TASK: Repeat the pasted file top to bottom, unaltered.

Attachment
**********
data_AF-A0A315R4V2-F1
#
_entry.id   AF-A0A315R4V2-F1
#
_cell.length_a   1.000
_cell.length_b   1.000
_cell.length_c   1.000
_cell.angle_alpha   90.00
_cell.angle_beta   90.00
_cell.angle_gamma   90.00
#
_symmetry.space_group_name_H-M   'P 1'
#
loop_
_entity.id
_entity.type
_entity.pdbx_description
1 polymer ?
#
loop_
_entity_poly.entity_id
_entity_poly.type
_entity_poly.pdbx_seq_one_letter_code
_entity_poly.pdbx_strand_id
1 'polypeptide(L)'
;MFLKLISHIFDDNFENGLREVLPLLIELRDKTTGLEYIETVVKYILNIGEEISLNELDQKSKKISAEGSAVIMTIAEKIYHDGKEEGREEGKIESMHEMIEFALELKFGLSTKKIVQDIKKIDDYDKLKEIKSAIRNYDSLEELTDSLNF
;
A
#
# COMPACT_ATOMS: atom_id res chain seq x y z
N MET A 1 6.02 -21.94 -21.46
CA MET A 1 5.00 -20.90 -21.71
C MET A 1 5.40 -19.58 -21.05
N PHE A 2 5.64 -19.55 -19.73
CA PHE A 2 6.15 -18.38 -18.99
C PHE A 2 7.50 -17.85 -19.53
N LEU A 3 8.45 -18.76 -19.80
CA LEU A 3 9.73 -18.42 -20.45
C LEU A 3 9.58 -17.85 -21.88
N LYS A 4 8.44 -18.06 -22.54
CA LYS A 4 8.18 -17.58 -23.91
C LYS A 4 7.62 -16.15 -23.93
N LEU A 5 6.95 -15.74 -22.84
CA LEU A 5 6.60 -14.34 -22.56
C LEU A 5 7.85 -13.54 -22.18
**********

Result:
data_AF-A0A315R4V2-F1
#
_entry.id   AF-A0A315R4V2-F1
#
_cell.length_a   1.000
_cell.length_b   1.000
_cell.length_c   1.000
_cell.angle_alpha   90.00
_cell.angle_beta   90.00
_cell.angle_gamma   90.00
#
_symmetry.space_group_name_H-M   'P 1'
#
loop_
_entity.id
_entity.type
_entity.pdbx_description
1 polymer ?
#
loop_
_entity_poly.entity_id
_entity_poly.type
_entity_poly.pdbx_seq_one_letter_code
_entity_poly.pdbx_strand_id
1 'polypeptide(L)'
;MFLKLISHIFDDNFENGLREVLPLLIELRDKTTGLEYIETVVKYILNIGEEISLNELDQKSKKISAEGSAVIMTIAEKIYHDGKEEGREEGKIESMHEMIEFALELKFGLSTKKIVQDIKKIDDYDKLKEIKSAIRNYDSLEELTDSLNF
;
A
#
# COMPACT_ATOMS: atom_id res chain seq x y z
N MET A 1 6.02 -21.94 -21.46
CA MET A 1 5.00 -20.90 -21.71
C MET A 1 5.40 -19.58 -21.05
N PHE A 2 5.64 -19.55 -19.73
CA PHE A 2 6.15 -18.38 -18.99
C PHE A 2 7.50 -17.85 -19.53
N LEU A 3 8.45 -18.76 -19.80
CA LEU A 3 9.73 -18.42 -20.45
C LEU A 3 9.58 -17.85 -21.88
N LYS A 4 8.44 -18.06 -22.54
CA LYS A 4 8.18 -17.58 -23.91
C LYS A 4 7.62 -16.15 -23.93
N LEU A 5 6.95 -15.74 -22.84
CA LEU A 5 6.60 -14.34 -22.56
C LEU A 5 7.85 -13.54 -22.18